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Securing SSH Services - Go Blue Team!!

Published: 2017-11-01
Last Updated: 2017-11-02 20:29:34 UTC
by Rob VandenBrink (Version: 2)
6 comment(s)

As the world of the attacker evolves and new attacks are developed (Red Team), people in the world of defense sees a matching evolution in recommendations for securing various platforms and services (Blue Team).  It struck me as odd that we don’t see a lot of “high profile” changes in advice for SSH, so I did some digging.

The go-to document that many of us use for SSH security is NISTIR 7966 (http://nvlpubs.nist.gov/nistpubs/ir/2015/NIST.IR.7966.pdf).  That has lots of great recommendations, and is dated October 2015, so it’s 2 years old as of this post.

There are some great OPENSSH recommendations published here at mozilla.org: https://wiki.mozilla.org/Security/Guidelines/OpenSSH.  The latest commit on that project was Oct 19, so just 11 days ago – that’s about as current as it gets.

However, lots of the devices we work with don’t give us access to the OpenSSH config, so there’s a lot of translation to match up guidance to the command interface of this or that device.  Bettercrypto.org hosts a paper that does just this.  https://bettercrypto.org/static/applied-crypto-hardening.pdf

For instance, let’s look at Cisco IOS routers – mostly because the configuration is so simple, and I see so many of them that have silly configuration “misses” on the security side.  Most guidance for Cisco IOS routers suggests that you force SSHv2, add an access-list to limit access, and then stop there.  That config sequence would look like:

crypto key gen rsa gen mod 2048        ! generate the SSH key

login on-failure log                   ! log failed login attempts
login on-success log                   ! log successful login attempts

 

ip ssh version 2                       ! force SSHv2 (SSHv1.x is easily decrypted)

ip access-list standard ACL-MGT        ! Create an ACL to limit access

  permit ip x.x.x.0 0.0.0.255          ! permit access from management VLAN

  permit ip host x.x.x.y               ! or permit access from specific management hosts

deny ip any log                        ! log all other accesses  (you can log the successful ones too of course)

 

line vty 0 15                          ! note that some newer platforms have more than 15 VTY lines !!

transport input ssh                    ! restrict to SSH only (no telnet)

access-class ACL-MGT                   !  apply the ACL

However, combining advice from the various documents above, naming the key, increasing the key size and setting a client minimum all make good sense – this changes our config commads to:

crypto key generate rsa modulus 4096 label SSH-KEYS     ! name the keys.  This makes it easier to rotate keys without a "gap" in protection

ip ssh rsa keypair-name SSH-KEYS

ip ssh version 2

ip ssh dh min size 2048                                                                              ! set a minimum standard for a client to connect with (helps prevent downgrade attacks)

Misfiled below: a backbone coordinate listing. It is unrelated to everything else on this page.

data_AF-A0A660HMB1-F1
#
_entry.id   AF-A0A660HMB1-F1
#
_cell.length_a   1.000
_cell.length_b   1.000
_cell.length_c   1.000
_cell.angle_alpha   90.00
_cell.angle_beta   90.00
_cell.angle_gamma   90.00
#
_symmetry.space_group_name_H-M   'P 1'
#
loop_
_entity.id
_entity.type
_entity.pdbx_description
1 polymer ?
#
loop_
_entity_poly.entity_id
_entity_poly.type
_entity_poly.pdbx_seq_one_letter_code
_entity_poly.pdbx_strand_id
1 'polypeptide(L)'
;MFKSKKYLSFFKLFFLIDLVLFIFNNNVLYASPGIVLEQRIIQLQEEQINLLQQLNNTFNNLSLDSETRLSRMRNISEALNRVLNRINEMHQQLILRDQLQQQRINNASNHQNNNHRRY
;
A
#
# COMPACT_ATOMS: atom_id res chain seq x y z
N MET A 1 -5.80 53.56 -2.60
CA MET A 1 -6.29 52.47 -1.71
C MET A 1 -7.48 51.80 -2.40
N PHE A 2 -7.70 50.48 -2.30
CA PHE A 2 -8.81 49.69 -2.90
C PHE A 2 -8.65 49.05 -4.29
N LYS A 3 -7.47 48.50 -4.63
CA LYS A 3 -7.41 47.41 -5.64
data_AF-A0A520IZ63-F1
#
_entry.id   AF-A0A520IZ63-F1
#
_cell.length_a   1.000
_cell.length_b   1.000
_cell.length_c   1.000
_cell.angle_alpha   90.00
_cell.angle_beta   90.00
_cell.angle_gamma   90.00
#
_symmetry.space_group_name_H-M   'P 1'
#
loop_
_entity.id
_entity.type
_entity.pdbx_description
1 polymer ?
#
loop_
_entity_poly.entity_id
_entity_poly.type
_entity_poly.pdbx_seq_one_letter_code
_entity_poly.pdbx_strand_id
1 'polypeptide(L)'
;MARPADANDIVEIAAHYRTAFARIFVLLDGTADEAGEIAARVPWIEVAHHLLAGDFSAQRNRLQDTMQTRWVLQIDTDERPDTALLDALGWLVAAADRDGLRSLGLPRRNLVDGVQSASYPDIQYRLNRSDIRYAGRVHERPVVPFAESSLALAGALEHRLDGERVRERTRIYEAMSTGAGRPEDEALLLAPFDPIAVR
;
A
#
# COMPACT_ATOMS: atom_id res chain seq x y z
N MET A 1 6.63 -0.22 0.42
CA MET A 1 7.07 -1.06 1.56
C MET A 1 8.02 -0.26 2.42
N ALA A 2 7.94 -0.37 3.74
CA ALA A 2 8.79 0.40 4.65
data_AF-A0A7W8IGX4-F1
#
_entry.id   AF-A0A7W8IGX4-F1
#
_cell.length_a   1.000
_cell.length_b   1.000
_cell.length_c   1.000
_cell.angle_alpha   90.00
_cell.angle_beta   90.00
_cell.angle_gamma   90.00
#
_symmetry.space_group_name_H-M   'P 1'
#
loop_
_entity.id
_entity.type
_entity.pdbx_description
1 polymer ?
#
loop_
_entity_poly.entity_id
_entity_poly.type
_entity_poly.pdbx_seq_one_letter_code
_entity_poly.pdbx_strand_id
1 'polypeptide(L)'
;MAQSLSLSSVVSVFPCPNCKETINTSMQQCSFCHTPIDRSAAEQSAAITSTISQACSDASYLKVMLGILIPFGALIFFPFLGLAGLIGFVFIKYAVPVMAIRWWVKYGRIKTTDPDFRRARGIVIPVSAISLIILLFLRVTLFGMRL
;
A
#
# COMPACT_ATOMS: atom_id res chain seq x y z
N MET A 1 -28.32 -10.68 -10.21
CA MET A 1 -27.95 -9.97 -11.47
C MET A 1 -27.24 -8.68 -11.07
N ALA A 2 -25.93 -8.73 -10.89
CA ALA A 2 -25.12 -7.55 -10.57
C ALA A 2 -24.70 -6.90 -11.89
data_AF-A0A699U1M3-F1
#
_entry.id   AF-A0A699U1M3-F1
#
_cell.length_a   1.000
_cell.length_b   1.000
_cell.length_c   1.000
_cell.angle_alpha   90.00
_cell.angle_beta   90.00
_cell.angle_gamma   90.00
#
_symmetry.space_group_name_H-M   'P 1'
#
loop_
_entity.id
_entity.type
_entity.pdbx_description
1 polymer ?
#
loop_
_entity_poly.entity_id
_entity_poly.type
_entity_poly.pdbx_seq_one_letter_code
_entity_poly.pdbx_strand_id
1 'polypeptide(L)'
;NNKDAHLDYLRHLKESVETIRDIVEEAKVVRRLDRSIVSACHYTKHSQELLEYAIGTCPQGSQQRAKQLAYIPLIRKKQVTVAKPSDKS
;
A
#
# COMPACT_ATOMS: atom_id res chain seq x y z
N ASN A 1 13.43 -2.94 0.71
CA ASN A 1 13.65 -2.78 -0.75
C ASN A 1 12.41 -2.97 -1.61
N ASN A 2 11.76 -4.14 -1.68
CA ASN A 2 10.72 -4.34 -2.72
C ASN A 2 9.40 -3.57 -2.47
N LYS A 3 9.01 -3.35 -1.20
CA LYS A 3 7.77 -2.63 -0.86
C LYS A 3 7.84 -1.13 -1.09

ip access-list standard ACL-MGT

 permit ip x.x.x.0 0.0.0.255                 ! permit access from management VLAN

 permit ip host x.x.x.y                      ! or permit access from specific management hosts

deny ip any log                              ! log all other accesses  (you can log the successful ones too of course)

 

line vty 0 15                                ! note that some newer platforms have more than 15 VTY lines !!

transport input ssh                          ! restrict to SSH only (no telnet)

access-class ACL-MGT                                                           ! apply the ACL

A Cisco ASA gives us a bit more control, where we can set the key exchange group.

crypto key generate rsa modulus 4096

ssh version 2

ssh key-exchange group dh-group14-sha1

 

ssh x.x.x.y m.m.m.0 inside            ! limits SSH access to specific hosts or subnets. (note the ACL is a subnet instead of a wildcard approach)

(I’d recommend NOT to enable ssh to any public interfaces – use a VPN connection, preferably with 2FA, then connect to the inside interface).

Rather than disable telnet on an ASA, you simply don’t grant access to it – be sure that there are no lines similar to:

telnet x.x.x.y m.m.m.m <interface name>

in your configuration.

Note that both the Cisco IOS platform and Cisco ASA support key based authentication in addition to standard userid/password authentication.  The advantage to this is that you can’t easily brute-force a key-based authentication interface – so that’s a very (very) good thing.  The disadvantage is that if an admin workstation is then compromised, the attacker is in the “all your keys are belong to us” situation – all they need is the keys, and the keys are usually helpfully named with the IP address or hostnames of the targets.  Or if you happen to be a vendor who’s put keys into a firmware image, that would mean all instances of your product everywhere are easy to pop.

This covers off some basic SSH configuration, but what about auditing this config?  (Stay tuned)

===============
Rob VandenBrink
Compugen

Keywords: Securing SSH
6 comment(s)
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